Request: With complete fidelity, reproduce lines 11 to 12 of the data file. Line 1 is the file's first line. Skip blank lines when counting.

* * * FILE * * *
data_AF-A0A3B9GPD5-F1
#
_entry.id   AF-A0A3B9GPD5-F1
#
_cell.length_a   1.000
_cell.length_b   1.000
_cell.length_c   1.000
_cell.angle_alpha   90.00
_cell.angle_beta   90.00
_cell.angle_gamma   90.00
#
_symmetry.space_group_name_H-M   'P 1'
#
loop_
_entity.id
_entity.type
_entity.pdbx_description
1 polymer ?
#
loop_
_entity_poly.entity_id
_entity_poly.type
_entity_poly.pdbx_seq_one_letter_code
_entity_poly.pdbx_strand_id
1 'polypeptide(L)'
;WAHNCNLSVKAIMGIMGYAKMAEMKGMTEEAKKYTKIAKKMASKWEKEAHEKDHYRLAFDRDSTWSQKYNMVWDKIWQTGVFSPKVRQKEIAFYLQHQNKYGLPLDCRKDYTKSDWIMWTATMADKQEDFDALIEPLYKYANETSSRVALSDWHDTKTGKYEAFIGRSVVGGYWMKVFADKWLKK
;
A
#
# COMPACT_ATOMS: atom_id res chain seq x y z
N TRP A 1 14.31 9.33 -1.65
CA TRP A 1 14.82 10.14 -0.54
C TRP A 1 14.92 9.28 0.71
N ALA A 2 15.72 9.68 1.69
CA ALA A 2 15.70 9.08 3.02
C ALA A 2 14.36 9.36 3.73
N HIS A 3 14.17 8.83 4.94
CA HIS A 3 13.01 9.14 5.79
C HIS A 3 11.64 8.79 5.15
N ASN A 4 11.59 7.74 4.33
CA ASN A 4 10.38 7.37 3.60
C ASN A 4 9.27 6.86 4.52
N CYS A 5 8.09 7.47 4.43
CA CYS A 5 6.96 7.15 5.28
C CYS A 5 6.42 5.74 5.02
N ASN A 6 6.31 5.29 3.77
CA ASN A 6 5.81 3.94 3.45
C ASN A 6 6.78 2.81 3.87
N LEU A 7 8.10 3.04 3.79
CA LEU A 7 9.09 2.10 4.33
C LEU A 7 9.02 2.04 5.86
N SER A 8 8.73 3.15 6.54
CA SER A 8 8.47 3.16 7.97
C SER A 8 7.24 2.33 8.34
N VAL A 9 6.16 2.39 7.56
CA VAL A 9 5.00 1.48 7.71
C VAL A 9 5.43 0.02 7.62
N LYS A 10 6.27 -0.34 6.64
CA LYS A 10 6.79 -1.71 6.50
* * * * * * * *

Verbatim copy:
#
_symmetry.space_group_name_H-M   'P 1'